[R-G] Our New Discussion Group, the New Lupus Magazine and Related Comment
hunterbadbear at earthlink.net
Tue Feb 3 10:24:13 MST 2004
Note by Hunterbear:
Lupus, a rather rare, murky and mysterious thing -- sometimes lethal --
which wears as many faces as the old time horror film actor, Lon Chaney, is
not something in which most folks have any great interest. That's
understandable. I had never even heard the word before -- but have now been
fighting it since this last  mid-July. Even so, diagnosis with
terminology -- extreme SLE [Systemic Lupus Erythematosus] -- was not
complete until mid October. It can hit anyone -- but is especially hard on
Blacks and American Indians.
The Federal government so far appropriates little money to study and fight
Lupus. This situation is improving slowly -- with pressure. Foot-dragging
by the Feds just might have something to do with Lupus' preference for
racial minorities. On the other hand, it can hit younger women of many
groups very hard.
"Like some other indigenous populations of the world, the incidence of lupus
in Native Americans, though suspected of being high, is not precisely known.
It is, however, thought that in some tribes lupus occurs as much as 10 times
more often than in the European American population. This incidence is more
than twice the incidence of that in the African American population." From
the National Native American Lupus Project: A new Frontier
in the Study of Lupus , based at University of
We now have a Lupus Discussion Group -- open to all interested folks,
closed archives and technically I [routinely] approve new members. [That's
the same arrangement we have on Redbadbear and Marxist.] This is a one-time
notice which I'm placing on a few conventional discussion lists. Please
pass it around, if you conveniently can. Address:
LUPUS NOW, the new magazine put out by the Lupus Foundation of America, may
be the very first of its kind. I subbed earlier this fall when it became
clear that my Lupus [SLE] was a mutually life-time commitment. The premier
issue came -- almost 50 slick and well-written pages replete with photos.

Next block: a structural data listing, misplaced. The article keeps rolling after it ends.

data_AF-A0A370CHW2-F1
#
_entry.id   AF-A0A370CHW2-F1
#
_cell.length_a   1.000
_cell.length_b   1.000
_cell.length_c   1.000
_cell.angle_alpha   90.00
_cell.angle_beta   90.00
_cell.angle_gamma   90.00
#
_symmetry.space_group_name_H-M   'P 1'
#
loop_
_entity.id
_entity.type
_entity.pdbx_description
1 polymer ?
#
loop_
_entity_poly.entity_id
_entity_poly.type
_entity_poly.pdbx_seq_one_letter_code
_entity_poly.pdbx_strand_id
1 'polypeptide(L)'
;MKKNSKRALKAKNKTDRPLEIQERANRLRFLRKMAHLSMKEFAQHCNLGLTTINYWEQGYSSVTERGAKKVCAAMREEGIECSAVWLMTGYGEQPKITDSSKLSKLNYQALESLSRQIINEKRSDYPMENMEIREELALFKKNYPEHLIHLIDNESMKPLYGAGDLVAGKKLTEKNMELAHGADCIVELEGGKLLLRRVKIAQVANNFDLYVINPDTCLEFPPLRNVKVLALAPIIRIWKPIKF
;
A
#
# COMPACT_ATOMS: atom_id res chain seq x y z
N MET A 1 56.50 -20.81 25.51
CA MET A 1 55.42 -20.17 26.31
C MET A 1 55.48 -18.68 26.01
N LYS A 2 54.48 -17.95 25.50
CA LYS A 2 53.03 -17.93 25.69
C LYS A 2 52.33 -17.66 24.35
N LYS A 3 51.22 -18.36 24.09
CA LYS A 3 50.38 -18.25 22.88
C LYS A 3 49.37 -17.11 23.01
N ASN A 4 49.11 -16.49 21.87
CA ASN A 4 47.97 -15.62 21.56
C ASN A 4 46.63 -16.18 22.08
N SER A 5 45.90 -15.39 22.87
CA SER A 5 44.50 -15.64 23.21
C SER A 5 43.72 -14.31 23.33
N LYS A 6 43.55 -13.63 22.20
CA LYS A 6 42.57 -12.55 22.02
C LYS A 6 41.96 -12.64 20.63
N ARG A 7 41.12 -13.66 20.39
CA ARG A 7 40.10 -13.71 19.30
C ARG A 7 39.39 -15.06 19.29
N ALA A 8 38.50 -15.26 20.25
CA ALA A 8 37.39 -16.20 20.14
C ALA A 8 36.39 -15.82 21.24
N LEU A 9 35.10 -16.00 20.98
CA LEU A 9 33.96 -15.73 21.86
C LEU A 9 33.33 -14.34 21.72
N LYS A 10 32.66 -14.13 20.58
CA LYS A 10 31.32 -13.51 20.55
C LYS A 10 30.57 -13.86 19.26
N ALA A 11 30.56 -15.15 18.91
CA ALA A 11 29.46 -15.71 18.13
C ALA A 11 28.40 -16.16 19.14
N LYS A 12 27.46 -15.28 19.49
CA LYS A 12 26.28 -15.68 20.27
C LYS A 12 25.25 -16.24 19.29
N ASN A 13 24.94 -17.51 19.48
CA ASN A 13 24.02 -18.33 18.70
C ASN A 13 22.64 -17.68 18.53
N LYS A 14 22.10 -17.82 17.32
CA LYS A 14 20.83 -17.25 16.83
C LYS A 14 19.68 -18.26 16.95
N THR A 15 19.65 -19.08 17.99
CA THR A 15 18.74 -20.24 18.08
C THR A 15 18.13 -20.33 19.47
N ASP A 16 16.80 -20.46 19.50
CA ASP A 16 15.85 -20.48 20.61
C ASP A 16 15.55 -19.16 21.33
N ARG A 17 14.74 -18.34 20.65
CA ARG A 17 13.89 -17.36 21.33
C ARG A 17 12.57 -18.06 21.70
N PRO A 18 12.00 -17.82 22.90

Its basic tone is upbeat. It covers a wide range of topics -- lab research,
pain management, medicines, social/community support, Internet pro and con,
handling doctors/handling patients, books, travel tips, and much more. You
can get three big issues -- Fall, Winter and Spring -- for $25.00.
>From the Lupus Foundation of America site http://www.lupus.org/
You can subscribe to Lupus Now in any of four ways:
Join the LFA by becoming a member of your local Chapter. There's strength in
numbers! See Chapter Locator for contact information.
Subscribe to Lupus Now using the on-line form in the LFA Store.
Mail or fax the Publications Order Form.
Call the LFA National Office at 202-349-1155, M-F, 9 AM - 5 PM ET
[Note by Hunter Bear: the Lupus chapters are relatively few so far and there
is none in Idaho.]
We secured one of its recommended books -- TAKING CHARGE OF LUPUS -- which
has proven quite useful: Maureen Pratt and David Hallegua, M.D. [New York:
Penguin/New American Library paperback, 224 pp., $14.00].
It is always worth remembering that Lupus can be a deadly thing indeed.
Tucked into my copy of LUPUS NOW is a page from my current Arizona State
University College of Arts and Sciences Alumni magazine indicating the
recent death from Lupus of Blake Anderson, an alumnus and a key ASU staffer.
HUNTER GRAY [HUNTER BEAR]
When you cut to the bone and cut away the college degrees, academic and
other titles, published books and articles, ours is essentially a working
class and Indian family. We consistently join unions -- and we always
support them with the greatest vigor.
It's critical to always keep fighting -- and to always remember that, if one
lives with grace, he/she should be prepared to die with grace.
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